When  moods don’t just swing-they bounce, pivot, recoil, rebound, oscillate, fluctuate and occasionally pirouette....thats how patients suffering from depression feel. People who suffer from depression don’t use their symptoms as any excuse. Rather they would give  anything to function “normally” on a day to day basis. These people need help and support from their family and friends and at times professional help. This support is important for patients suffering from depression to cope up and get rid of this difficult mental state.

Here is a quick review of the symptoms and pathology of depression, though the symptoms vary from individual to individual.


There are a lot of signs of depression, but you may not have them all. How intense they are, and how long they last, are different from person to person.

Some of the ways you might feel are:

Sad, empty, or anxious. It will continue over time without getting better or going away.
Helpless, worthless, or guilty. You may feel bad about yourself or your life, or think a lot about losses or failures.
Hopeless. You may be pessimistic or believe that nothing good will ever happen. You may even think about suicide.
Irritable. You may get restless or more cranky than usual.
Less interest in activities. Hobbies or games you usually enjoy may not appeal to you. You may have little or no desire to eat or have sex.

Less energetic. You may feel extremely tired or think more slowly. Daily routines and tasks may seem too hard to manage.
Trouble concentrating. It could be tough to focus. Simple things like reading a newspaper or watching TV may be hard. You may have trouble remembering details. It might seem overwhelming to make a decision, whether it's big or small.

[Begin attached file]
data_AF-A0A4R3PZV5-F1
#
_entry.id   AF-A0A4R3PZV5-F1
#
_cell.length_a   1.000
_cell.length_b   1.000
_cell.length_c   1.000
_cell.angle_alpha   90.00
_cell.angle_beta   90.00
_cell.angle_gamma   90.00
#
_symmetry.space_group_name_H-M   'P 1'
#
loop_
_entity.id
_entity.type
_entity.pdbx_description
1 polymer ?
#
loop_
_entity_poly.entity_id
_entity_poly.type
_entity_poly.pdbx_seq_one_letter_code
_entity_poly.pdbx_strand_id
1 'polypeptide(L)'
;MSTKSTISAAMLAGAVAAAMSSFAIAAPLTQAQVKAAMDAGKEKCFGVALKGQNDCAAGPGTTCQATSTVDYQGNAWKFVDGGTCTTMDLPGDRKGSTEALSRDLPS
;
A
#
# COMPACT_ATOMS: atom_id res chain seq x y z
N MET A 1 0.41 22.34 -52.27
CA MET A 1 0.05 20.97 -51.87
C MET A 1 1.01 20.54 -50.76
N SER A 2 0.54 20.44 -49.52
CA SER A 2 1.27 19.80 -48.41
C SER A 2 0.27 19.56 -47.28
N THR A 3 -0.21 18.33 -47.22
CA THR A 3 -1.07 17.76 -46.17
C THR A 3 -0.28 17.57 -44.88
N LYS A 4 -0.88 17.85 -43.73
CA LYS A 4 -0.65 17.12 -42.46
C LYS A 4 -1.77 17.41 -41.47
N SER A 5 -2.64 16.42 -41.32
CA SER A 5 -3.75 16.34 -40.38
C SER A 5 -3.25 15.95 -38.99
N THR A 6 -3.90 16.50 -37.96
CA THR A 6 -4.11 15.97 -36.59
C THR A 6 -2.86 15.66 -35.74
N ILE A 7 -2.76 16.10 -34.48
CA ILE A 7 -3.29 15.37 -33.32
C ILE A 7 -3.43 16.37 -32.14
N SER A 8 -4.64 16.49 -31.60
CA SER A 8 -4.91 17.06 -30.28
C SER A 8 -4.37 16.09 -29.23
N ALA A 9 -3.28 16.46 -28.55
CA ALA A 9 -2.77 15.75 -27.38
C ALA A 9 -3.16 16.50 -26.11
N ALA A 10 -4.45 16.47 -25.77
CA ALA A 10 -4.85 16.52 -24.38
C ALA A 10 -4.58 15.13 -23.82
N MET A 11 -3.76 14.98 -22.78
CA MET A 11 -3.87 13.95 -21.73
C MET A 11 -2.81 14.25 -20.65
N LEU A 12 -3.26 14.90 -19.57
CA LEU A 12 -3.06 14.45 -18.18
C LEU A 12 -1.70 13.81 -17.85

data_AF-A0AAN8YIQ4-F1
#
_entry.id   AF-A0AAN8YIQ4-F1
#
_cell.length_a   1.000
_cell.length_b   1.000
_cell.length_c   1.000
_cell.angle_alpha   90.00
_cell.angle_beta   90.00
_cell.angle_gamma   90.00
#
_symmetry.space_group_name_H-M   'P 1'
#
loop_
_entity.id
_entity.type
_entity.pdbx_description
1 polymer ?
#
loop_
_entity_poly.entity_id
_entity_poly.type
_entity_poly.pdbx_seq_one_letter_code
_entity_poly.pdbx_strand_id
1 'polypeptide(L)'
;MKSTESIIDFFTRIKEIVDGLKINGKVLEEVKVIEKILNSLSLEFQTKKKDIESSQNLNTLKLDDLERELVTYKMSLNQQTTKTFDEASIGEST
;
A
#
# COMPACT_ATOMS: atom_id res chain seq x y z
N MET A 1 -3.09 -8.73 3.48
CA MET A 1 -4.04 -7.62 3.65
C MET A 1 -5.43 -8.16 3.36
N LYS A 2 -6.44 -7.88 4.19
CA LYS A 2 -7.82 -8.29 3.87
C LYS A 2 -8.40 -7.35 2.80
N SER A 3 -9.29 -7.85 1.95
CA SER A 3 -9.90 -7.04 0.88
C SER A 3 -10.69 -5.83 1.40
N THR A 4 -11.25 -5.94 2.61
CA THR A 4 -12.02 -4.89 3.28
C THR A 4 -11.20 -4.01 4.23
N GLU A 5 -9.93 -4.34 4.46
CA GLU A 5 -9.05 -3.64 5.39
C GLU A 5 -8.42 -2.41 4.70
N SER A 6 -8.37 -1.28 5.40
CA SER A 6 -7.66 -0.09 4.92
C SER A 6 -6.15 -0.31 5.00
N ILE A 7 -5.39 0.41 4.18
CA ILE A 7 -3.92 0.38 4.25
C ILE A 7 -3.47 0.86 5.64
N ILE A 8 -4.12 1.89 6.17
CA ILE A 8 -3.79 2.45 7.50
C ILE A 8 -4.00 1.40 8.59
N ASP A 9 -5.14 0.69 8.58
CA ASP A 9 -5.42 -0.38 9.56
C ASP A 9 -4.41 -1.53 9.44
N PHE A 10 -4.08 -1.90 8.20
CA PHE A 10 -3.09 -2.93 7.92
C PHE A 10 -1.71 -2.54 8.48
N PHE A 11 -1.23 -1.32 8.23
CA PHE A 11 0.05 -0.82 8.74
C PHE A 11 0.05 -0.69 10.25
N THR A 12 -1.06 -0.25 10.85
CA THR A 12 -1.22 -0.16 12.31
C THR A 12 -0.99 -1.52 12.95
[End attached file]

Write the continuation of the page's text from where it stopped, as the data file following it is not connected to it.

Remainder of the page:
Changes in the way you sleep. You may wake up too early or have trouble falling asleep. The opposite can also happen. You may sleep much longer than usual.

Changes in appetite. You may overeat or not feel hungry. Depression often leads to weight gain or weight loss.
Aches and pains. You may have headaches, cramps, an upset stomach, or digestive problems.

Experts believe depression is due to a combination of things:

Brain structure. The way certain nerve pathways or circuits in your brain send information may not work properly. Scans show that the parts of your brain involved in mood, thinking, sleep, appetite, and behavior look different when you're depressed, but scientists aren't sure why.

Genes. Scientists are studying certain genes that may make you more likely to get it. But even if you have them, you may not get depressed. And depression can happen in some people even when they don't have that genetic makeup.
Depression can run in families, but that doesn't mean you'll develop depression just because someone you're related to has it. And you may have the condition even if no one else in your family has it.

Life events. Something disturbing that happens to you may trigger depression. It may be the loss of someone close to you, a difficult relationship, or a stressful situation. Other things, like your finances, where you live, and whether or not you're married may also have an impact. But remember, there doesn't have to be a "reason" for your depression. Sometimes it happens without an obvious cause.

Childhood problems. People who have disturbing experiences in childhood are more likely to have depression. It may be from brain changes caused by trauma at a young age.

Other conditions. Drug or alcohol abuse, illness, long-term pain, anxiety, sleep problems, and attention deficit hyperactivity disorder may also be linked to depression.

Homoeopathy for Depression